The reason I see it as useless is that it does not really mirror an occurrence that is nearly as likely as a swamping or flooding of a complete hull. Second is that they (BW, KW or SeaHunter) don't actually cut the boat in half, they cut about the front third of the boat away.


Heck, a better cut a way test would be to breach the hull on the side to mimic a collision that allowed water to flood the boat... or even a power plant failure that triggered stern to orientation in heavy seas offshore that triggers flooding of the cockpit and bilge.


I would not try and argue that superiority based only on floatation attributes. As one poster has already eloquently stated, each boat purchase is a set of compromises and one persons ideal set may not be the same as another persons.
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Old 08-22-2017, 11:31 AM
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In my mind, floatation only comes into play if you hit something at speed or the hull catastrophically fails far out at sea. Fortunately this is a rare occurrence as the vast majority of boats that sink, sink at the dock. If you are still concerned, radar, large capacity pumps, 316 SS hose clamps, bronze fittings, EPIRBs, liferafts, and careful maintenance is a better investment.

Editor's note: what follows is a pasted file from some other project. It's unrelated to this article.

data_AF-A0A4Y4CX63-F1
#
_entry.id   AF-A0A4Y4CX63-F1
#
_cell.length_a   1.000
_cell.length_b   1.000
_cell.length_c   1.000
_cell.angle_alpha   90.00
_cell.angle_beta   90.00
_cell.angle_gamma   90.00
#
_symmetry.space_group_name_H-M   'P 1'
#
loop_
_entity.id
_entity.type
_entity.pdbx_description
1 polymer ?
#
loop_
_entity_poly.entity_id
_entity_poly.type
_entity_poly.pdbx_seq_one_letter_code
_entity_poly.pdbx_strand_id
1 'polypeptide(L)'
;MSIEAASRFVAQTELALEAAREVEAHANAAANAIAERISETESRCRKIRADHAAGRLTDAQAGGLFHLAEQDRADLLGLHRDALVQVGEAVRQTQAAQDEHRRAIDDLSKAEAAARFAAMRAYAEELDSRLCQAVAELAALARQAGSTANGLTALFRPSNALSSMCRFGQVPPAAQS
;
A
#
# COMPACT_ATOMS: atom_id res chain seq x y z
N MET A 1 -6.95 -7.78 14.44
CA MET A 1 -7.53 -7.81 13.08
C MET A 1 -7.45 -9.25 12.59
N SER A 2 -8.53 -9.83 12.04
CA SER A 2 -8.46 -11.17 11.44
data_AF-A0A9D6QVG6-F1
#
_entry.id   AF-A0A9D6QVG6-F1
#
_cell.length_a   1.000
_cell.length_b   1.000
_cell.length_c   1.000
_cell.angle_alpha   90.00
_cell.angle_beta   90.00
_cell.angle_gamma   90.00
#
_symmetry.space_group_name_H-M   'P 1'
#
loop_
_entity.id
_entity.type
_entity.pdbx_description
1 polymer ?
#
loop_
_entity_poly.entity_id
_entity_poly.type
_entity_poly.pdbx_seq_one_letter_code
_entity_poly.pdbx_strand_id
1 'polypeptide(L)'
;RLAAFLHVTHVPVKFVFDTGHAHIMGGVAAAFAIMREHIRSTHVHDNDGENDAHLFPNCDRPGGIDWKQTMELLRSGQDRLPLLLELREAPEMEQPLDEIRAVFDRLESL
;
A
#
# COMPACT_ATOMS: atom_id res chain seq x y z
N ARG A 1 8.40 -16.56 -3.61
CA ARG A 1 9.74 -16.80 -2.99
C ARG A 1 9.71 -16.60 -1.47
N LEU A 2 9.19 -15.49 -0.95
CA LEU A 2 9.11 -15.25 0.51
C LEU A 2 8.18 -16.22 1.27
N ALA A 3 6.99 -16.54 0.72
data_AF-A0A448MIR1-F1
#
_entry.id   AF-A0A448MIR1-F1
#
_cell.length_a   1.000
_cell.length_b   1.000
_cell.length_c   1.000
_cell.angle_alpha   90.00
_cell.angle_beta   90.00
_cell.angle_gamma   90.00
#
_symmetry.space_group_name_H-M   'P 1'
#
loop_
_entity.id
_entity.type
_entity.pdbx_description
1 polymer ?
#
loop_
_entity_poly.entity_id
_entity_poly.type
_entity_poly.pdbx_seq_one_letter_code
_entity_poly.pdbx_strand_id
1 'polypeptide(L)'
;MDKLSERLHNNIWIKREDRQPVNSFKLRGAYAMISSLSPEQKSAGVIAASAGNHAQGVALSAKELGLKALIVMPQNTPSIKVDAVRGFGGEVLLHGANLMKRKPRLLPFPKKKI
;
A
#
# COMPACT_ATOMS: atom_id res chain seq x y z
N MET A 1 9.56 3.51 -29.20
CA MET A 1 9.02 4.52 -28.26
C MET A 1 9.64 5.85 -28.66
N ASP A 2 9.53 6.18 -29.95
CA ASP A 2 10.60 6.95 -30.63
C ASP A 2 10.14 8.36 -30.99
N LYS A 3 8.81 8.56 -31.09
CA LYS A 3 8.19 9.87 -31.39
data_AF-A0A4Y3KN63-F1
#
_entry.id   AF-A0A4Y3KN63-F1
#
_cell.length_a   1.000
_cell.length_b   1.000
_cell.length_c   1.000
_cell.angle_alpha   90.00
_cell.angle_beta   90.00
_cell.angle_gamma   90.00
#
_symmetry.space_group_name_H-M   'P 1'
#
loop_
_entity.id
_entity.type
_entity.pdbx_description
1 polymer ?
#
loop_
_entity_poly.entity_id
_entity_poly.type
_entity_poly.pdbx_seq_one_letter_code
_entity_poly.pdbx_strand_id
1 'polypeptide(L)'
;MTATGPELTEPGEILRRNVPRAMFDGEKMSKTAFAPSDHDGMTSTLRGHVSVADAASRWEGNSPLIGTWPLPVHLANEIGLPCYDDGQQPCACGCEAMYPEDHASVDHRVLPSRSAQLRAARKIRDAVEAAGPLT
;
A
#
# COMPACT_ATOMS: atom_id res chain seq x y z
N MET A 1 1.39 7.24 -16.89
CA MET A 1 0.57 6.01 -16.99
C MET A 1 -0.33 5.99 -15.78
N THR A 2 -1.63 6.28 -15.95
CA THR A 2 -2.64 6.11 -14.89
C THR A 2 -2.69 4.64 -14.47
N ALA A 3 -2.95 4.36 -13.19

I'm not sure about the bigger ones, but smaller BW hulls can be severely damaged by improper modification or repair. Personally, if I were really inclined to get a boat with floatation, I would prefer the non-structural foam found on an Edgewater or others for this reason.
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Old 08-22-2017, 11:35 AM
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Originally Posted by magothyboy View Post
...For smaller CC boats like mine with little to no operating gear under decks, the foam filled route was more reasonable.
I agree -- this was the point I tried to make in my first post to this thread (back on page 1.) I like the unsinkability feature in a small boat that is unlikely to have a liferaft due to its size and because it primarily operates in the near-coastal environment. I'm glad my 19' Outrage has this feature.

I just don't see enough value to this feature in a larger boat.
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Old 08-22-2017, 11:35 AM
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Originally Posted by MajSchaefer View Post
No, no confusion about fit and finish at all. Any monkey can lay down fiberglass. There is no fit and finish on some of the boats you listed. Yes, it is by design, but that doesn't make it nice.

Just look at the t-top on some of the boats you listed. It as if the manufacturers finished the boat and said, "Damn, we forgot to put on a t-top, let's just slap on some scaffolding over the console." The Contender 32ST that I sea trialed rattled like crazy because of that poor design. THAT is fit and finish......or lack there of. And don't even get me started on the bow rise on that boat. The 330 Outrage that I went out on the same day was a better riding boat, period.